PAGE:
Football: The mental force is with Everton

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The Independent Online
Tottenham Hotspur 1 Everton 1

AFTER what one irreverent hack called this slaphead six-pointer the follicly challenged managers were asked what was most required of sides fighting relegation.

"Quality. Quality with commitment, that's how you win matches," Howard Kendall, of Everton, said.

"The mental strength of the players. I believe in the abilities and the mental strength of my players," Tottenham's Christian Gross said.

The different preference was interesting as, based on the evidence of Saturday's 1-1 draw at White Hart Lane, Tottenham have the better quality and Everton the greater mental strength.

Tottenham had a team full of internationals including David Ginola, Jurgen Klinsmann, Sol Campbell and Moussa Saib who, in less than two hours' football, admittedly against weak teams, already looks one of the most accomplished players in the Premiership. Everton had four novices including two 18- year-olds and a debutant, and a 36-year-old centre-back. Tottenham had taken seven points from 12, Everton seven from 24.

This apparent mismatch in class and form was evened up for Everton by the example of the veteran centre-back, the valiant Dave Watson, and an equally defiant centre-forward in Duncan Ferguson. Between they inspired the collection of kids and rejects around them to produce a backs-to-the- wall display typified by the number of times a Spurs player shaped to shoot only to be blocked by a brace of blue-shirted bodies.

Watson has long made up for his slowing pace with a staunch combination of experience and bravery and, as Kendall said, "his commitment is taken for granted." Ferguson is a different character. He used to have a tendency to drift through the season only raising his game when he felt like it, which was usually against the likes of Liverpool or Manchester United. Kendall expressed his unhappiness with this earlier in the season and in an attempt to resolve it, made Ferguson captain.

It has proved an inspired move. "He is a massive influence," Kendall said of the Scot. "It is not just his presence and his aerial ability. It is his dressing-room influence as well.

"When I first came to the club I was a bit concerned because he was very quiet in the dressing-room. People told me they felt he could do more, that he could work harder for the team. I noticed the difference when we were playing the likes of Liverpool. Before the game no one could hear what I was saying because of the way Duncan was screaming and geeing everyone up.

"He has been noisy for a good while now which is good. I don't like him quiet in the dressing-room, it makes me concerned about what is going to happen on the field."

He still has moments when his old nickname, "Duncan Disorderly", comes to mind and the reason he arrived at White Hart Lane having barely played for six weeks was due to a suspension as well as his knee injury. Even so, having been passed fit only just before the game he put in a remarkable performance, not only leading the attack but also tackling back in midfield and heading clear in defence. He was not one of the eight bookings and only a woeful miss after a marvellous 47th-minute link-up with Mickael Madar spoiled his display.

Everton, having gone ahead when Nick Barmby capitalised on a Campbell error to put Madar through, would have won if Ferguson had scored then. As it was, apart from a Nick Barmby break soon after, they then disappeared as an attacking force.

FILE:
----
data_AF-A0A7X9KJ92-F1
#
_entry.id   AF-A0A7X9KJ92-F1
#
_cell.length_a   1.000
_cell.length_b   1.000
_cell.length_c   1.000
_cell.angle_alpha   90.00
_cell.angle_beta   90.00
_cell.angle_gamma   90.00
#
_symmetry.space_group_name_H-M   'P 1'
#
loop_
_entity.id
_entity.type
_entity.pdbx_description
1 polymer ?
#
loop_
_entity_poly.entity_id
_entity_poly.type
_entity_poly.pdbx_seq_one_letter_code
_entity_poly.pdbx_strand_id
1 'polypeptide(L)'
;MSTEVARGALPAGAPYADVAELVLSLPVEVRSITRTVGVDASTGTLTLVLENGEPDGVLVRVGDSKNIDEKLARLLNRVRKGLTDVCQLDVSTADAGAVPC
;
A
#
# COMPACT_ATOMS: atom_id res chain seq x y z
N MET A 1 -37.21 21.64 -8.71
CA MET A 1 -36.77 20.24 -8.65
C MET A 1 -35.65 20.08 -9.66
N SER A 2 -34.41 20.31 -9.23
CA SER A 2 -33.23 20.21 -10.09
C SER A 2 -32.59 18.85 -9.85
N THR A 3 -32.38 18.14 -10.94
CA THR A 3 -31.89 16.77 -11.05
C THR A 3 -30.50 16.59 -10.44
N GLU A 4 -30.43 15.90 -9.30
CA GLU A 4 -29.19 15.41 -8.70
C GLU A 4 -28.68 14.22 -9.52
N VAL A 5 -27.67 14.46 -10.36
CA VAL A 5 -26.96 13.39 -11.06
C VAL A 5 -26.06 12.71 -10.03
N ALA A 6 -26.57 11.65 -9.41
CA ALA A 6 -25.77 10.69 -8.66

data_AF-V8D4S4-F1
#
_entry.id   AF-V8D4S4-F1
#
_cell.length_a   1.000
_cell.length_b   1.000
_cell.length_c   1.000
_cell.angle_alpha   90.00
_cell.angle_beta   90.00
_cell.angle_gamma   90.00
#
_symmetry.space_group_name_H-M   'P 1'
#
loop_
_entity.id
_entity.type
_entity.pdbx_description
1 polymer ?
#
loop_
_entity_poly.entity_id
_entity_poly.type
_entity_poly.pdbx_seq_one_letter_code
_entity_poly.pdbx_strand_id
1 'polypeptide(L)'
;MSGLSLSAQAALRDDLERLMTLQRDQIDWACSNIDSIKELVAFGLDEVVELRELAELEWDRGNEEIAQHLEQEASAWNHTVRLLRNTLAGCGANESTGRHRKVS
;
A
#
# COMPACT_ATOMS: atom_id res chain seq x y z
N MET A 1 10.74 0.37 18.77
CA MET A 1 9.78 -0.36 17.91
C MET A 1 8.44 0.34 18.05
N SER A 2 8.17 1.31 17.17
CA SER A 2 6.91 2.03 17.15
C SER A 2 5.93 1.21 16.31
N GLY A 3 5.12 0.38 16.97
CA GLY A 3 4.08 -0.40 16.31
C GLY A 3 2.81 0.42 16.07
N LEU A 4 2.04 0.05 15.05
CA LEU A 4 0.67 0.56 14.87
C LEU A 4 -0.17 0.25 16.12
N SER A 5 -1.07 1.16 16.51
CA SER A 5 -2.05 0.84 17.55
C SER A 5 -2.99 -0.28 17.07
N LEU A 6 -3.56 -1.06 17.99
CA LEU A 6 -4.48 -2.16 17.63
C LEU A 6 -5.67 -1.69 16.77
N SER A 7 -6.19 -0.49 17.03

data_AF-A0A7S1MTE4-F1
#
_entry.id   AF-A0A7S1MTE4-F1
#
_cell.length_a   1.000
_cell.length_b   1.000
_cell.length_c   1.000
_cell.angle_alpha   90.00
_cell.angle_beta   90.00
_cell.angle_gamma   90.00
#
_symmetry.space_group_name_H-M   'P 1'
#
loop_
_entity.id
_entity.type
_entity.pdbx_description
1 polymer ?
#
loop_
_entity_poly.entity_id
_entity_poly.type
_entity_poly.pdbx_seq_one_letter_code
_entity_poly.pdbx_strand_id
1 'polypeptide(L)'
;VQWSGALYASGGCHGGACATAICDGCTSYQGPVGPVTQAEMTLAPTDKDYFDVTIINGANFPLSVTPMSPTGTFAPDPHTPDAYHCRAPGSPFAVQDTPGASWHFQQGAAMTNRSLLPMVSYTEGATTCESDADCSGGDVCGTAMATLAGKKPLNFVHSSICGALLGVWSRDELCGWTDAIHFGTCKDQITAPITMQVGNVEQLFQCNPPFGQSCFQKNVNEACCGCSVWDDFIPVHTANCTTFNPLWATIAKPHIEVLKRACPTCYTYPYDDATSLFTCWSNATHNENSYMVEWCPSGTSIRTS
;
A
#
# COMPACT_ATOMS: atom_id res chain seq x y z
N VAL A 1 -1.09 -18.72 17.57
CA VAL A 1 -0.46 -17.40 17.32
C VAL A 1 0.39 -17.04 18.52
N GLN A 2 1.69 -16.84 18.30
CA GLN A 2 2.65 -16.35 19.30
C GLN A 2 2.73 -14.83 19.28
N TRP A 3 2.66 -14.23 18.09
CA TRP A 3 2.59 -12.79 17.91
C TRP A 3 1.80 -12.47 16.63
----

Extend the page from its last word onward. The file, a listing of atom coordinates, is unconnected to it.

Spurs, playing in front of the finished north stand for the first time, rained in crosses. It was lively enough to watch but, with David Ginola in patchy form, it needed the extra touch of class from Saib to get past Watson. Introduced with 20 minutes left he soon picked out Ramon Vega, whose headed pass was bravely converted by Chris Armstrong. Vega thus atoned for playing Madar onside for Everton's goal - like Paul Gascoigne a goal seems imminent whenever the Swiss is involved around the box, in defence and attack.

Spurs deserved the draw which slightly eased both teams' worries. Both clubs and their managers have seen, and expect, better times. Kendall said he could not enjoy his job until they were safe although he took comfort from the performances of the young players. Of them, Richard Dunne was resolute at the back, Michael Ball and John O'Kane worked hard on the flanks and Gavin McCann, on his first start, showed talent and heart in the midfield.

Gross, with the loss of Clive Wilson to a dislocated shoulder countered by the imminent latest comebacks of Les Ferdinand, Steffen Iversen and Darren Anderton, was more cheerful. "I am in good spirits and good shape for the last six games," he said with a beam. He has never previously been involved in a relegation battle and admitted the pressure was much easier to deal with at the top because then it arises from a positive position.

How did he relax? "I have no time to relax," came the reply. "I am focused on the game, on the situation, and on looking forward to next season." Next season, eh? That sounded confident, unless it meant the Nationwide League Review is among his video collection.

Goals: Madar (24) 0-1; Armstrong (74) 1-1.

Tottenham (4-3-1-2): Walker; Carr (Howells, 79), Vega, Campbell, Wilson (Calderwood, 58); Fox, Berti (Saib, 70), Nielsen; Ginola; Armstrong, Klinsmann. Substitutes not used: Clemence, Baardsen (gk).

Everton (3-4-1-2): Myhre; Short, Watson, Dunne; O'Kane, McCann, Hutchinson, Ball; Barmby; Mardar (Spencer, 79), Ferguson. Substitutes not used: Beagrie, Farrelly, Cadamarteri, Gerrard (gk).

Referee: A Wilkie (Durham).

Booked: Tottenham: Ginola, Armstrong, Carr.

Everton: Barmby, Madar, Ball, McCann, O'Kane

Man of the match: Watson.

Attendance: 35,624.